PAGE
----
GPs just want to do what they are trained for... to heal the sick. "Paperwork" is the elephant in the room. The problem is so large that no one sees it. And it has grown. I expect that more than 200 years ago, no records were kept. I have seen a doctor's record book from about a hundred years ago. It had the patient's name, one or two words for the diagnosis and a description of the medicine which was made up for the patient. Now we have complex records detailing symptoms, findings, diagnosis, management plan, tests ordered, prescriptions written and the follow up recommended. All this takes time. Lots of it. Perhaps half the consultation is taken writing/typing. This means that without paperwork, twice as many patients could be seen. Could we do without paperwork? No, not in this litigious world. And not if we are looking after 2,000 patients, many of whom have complex problems. Too many to remember all the fine details. So medical records are here to stay. But not everything has to continue the way it currently does. Look at some of the issues:
The Unseen Problem with Red Tape
The Department of Health (DoH) tells us that there are 22,005 FSEs. What are FSEs you will rightly ask? An FSE is a full service equivalent. The DoH calculates the FSE based on each doctor's billing patterns, ie the number of sessions and days a week they work. A single full service equivalent taken as a 7.5 hour day, for five days a week, so 37.5 hours per week. So 22,005 FSEs equates to 825,187.5 hours per week. Believe it or not, these are useful figures! See the examples below:
- Authority Prescriptions
let's assume that the average GP spends a total of 6 minutes per session ringing the Authority line. That is 60 minutes a week. That means that across Australia the time wasted (1 hour per doctor per week) ringing the Authority line has the equivalent of removing 1/37.5 of a week or 586 FSEs from the workforce or 887 GPs from the workforce! Remember that the authority system is used to reduce the costs (to the government) of expensive medicines and to control restricted drugs.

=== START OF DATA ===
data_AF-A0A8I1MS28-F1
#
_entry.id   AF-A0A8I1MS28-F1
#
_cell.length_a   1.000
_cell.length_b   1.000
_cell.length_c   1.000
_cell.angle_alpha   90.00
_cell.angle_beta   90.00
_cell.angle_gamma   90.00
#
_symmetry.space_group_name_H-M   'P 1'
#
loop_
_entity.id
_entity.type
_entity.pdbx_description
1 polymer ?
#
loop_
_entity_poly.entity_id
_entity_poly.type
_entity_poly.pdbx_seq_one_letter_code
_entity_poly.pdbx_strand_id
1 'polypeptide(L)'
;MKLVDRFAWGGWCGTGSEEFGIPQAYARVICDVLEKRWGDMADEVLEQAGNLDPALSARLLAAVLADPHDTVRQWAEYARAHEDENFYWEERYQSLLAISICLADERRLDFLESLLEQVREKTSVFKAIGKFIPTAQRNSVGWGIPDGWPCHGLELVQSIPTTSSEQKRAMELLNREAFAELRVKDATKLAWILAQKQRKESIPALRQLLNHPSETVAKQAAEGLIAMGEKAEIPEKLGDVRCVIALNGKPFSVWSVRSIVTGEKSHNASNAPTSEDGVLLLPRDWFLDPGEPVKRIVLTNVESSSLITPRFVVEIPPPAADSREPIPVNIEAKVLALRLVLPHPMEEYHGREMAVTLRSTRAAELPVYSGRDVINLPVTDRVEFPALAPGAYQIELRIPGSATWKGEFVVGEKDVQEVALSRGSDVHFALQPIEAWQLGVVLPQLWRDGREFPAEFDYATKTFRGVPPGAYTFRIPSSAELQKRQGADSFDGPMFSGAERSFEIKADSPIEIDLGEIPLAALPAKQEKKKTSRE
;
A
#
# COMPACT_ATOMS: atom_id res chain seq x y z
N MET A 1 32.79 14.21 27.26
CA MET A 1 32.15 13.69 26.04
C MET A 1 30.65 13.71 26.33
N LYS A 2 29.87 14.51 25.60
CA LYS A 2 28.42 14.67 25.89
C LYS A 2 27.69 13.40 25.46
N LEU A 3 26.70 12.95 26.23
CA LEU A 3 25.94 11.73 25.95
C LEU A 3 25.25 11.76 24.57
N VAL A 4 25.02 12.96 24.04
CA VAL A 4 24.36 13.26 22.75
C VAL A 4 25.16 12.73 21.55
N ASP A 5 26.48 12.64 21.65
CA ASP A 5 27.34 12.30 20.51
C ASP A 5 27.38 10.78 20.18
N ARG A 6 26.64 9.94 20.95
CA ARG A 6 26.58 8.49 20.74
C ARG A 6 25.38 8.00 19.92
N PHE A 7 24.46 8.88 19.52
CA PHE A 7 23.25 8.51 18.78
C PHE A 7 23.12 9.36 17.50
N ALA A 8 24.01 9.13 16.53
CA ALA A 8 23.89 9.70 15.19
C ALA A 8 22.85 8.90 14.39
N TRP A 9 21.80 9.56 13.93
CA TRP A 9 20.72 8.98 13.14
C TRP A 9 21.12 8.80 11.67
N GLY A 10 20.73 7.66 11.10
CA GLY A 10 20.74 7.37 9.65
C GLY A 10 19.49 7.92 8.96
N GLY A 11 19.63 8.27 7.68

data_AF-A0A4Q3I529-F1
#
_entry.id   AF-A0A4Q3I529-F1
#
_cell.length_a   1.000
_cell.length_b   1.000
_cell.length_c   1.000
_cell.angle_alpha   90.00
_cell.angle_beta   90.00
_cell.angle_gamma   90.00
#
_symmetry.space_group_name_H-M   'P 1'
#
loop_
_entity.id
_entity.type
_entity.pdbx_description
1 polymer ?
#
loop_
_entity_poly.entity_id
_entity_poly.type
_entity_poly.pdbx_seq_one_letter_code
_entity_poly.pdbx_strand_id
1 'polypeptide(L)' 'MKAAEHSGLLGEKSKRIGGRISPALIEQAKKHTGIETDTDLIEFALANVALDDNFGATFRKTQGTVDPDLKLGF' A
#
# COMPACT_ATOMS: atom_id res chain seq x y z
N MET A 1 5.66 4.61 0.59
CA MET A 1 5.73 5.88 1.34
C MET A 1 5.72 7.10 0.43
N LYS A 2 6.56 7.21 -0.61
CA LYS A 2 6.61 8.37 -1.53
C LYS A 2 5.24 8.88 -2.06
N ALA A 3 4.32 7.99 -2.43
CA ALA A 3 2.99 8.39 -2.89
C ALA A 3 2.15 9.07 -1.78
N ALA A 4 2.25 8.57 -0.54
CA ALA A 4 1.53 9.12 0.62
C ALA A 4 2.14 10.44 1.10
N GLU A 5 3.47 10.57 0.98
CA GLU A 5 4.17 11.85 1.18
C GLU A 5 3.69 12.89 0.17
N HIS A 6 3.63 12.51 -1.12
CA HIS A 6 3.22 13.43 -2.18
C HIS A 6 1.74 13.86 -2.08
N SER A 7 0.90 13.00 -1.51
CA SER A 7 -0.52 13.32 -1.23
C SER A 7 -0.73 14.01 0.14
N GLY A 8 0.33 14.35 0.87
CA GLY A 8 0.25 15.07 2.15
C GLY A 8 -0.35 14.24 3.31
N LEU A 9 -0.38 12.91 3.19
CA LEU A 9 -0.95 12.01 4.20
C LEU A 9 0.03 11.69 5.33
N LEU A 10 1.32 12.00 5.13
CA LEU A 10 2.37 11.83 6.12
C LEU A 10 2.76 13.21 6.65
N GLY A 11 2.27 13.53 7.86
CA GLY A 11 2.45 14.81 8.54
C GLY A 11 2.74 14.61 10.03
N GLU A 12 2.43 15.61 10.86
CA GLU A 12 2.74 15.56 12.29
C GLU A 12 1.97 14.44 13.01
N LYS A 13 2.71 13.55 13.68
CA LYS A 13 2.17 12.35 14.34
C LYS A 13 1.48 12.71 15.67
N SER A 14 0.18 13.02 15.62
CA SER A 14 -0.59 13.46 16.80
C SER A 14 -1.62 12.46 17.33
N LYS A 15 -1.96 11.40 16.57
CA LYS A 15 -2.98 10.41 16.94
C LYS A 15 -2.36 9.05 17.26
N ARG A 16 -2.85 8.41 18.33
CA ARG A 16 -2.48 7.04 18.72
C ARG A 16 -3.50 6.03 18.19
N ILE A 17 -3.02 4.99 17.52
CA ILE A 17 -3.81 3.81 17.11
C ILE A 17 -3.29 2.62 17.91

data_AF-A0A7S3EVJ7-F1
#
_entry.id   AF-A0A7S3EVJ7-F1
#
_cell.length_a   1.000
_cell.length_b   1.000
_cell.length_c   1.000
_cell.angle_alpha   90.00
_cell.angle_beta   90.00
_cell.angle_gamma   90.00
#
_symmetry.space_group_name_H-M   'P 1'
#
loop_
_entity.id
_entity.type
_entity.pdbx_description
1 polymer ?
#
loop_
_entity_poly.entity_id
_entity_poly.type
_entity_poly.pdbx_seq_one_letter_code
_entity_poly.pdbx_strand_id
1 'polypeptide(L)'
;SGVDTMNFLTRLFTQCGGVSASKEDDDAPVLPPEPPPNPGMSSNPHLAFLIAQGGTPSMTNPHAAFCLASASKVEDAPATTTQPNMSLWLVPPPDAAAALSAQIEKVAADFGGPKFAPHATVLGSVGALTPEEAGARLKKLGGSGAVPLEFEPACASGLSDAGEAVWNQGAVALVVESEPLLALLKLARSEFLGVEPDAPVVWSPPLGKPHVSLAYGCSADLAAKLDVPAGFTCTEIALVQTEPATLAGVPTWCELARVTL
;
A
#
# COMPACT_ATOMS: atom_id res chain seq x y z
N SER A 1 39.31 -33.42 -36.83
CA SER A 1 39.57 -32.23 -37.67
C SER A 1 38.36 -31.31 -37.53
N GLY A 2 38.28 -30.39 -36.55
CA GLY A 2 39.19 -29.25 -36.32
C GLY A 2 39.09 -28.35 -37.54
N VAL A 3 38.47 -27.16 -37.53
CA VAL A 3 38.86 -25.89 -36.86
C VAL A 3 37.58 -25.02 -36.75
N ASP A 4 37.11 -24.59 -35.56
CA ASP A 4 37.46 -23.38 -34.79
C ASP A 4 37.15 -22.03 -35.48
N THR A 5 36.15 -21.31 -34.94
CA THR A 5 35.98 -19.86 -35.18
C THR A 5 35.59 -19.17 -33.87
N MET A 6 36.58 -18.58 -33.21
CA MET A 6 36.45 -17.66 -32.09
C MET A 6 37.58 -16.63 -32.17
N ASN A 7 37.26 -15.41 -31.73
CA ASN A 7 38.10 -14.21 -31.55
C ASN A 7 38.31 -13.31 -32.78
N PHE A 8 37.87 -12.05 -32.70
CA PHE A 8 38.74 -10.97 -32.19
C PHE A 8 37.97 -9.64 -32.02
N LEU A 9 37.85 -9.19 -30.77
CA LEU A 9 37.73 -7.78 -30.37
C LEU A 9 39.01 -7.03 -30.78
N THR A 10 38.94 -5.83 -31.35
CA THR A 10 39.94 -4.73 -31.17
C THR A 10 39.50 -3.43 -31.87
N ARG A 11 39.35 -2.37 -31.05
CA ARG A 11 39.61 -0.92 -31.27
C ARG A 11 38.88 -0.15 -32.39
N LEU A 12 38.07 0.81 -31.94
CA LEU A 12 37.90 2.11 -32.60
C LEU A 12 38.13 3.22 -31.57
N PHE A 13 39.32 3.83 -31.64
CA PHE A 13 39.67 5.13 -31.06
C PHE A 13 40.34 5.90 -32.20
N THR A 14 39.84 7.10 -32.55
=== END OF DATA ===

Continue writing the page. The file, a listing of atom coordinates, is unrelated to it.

- Care Plans
This results in the equivalent of losing 2,934 FSEs from treating patients, or 4,436 GPs from the workforce. The patients get 220,050 care plans for that week, for which the government has paid a lot of money. It loses 20 patient consultations per week per doctor (assuming 15 minutes per consult). The patients get a planning document (and rebated allied health visits) and we get the opportunity of stepping back and looking at the whole patient and planning their health care. Is it worth it?
- one per session
- the practice nurse has done the initial document
- we spend 30 minutes editing the plan, explaining it to the patient and printing it out
- S8 Drugs
There was once a time when doctors could prescribe what they wanted for the care of the patient. Now some drugs (for better or worse) are highly restricted. In order to prescribe an S8 drug the doctor has to write the script and for most doctors (who use computerised script writing) re-write it to fulfill an antiquated rule. Another minute to write it by hand. Each minute wasted by all Australian GPs with red tape is the equivalent of taking 15 GPs off the workforce. So if GPs across Australia average one S8 script per day then the time wasted writing them by hand is the equivalent of taking 75 GPs off the workforce. But it gets worse. If you have one patient per week on an S8 for terminal cancer, then that script needed to be followed up with a one month's supply script (authority call = 3 minutes) and then another script to be written (3 minutes) and posted (2 minutes preparation) for the next two months supply. The equivalent now is 120 doctors taken off the workforce Australia wide just for this extra paperwork. So the paperwork for 1 S8 drug per day plus one long term S8 drug has the effect of taking almost 200 doctors out of healing patients.
It gets worse of course. If the patient is on a long term S8 for over a year, then another opinion must be sought. This means a referral(10 minutes) and another visit (15 minutes) plus the time wasted by the other doctor (15 - 60 minutes). All because the government does not trust doctors to prescribe wisely (or because a small number of doctors have broken that trust).